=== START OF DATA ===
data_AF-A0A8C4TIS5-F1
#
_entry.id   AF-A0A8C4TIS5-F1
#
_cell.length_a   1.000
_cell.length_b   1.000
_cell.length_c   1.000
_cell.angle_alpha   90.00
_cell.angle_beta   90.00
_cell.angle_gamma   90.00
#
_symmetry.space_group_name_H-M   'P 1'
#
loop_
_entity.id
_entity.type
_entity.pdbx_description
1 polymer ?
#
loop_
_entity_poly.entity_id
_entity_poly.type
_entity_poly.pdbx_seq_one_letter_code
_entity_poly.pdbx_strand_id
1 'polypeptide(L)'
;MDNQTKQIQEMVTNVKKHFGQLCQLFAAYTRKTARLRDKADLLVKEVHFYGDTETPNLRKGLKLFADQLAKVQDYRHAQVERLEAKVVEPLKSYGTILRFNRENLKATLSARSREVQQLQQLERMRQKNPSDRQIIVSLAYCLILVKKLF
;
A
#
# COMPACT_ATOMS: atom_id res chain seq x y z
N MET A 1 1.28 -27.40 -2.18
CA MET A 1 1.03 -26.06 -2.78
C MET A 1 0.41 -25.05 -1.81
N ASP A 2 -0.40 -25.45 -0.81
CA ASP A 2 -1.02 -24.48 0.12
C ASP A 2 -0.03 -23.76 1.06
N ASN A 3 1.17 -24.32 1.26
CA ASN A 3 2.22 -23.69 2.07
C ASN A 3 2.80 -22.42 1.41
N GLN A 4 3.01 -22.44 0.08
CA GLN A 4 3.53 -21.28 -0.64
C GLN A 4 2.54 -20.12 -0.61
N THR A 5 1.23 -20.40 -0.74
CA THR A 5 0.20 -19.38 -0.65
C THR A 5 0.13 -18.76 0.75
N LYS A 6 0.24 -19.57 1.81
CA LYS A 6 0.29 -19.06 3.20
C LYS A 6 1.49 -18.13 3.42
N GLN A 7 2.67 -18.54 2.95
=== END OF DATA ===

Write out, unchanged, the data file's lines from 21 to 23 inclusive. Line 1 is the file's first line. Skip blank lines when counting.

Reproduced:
_entity_poly.entity_id
_entity_poly.type
_entity_poly.pdbx_seq_one_letter_code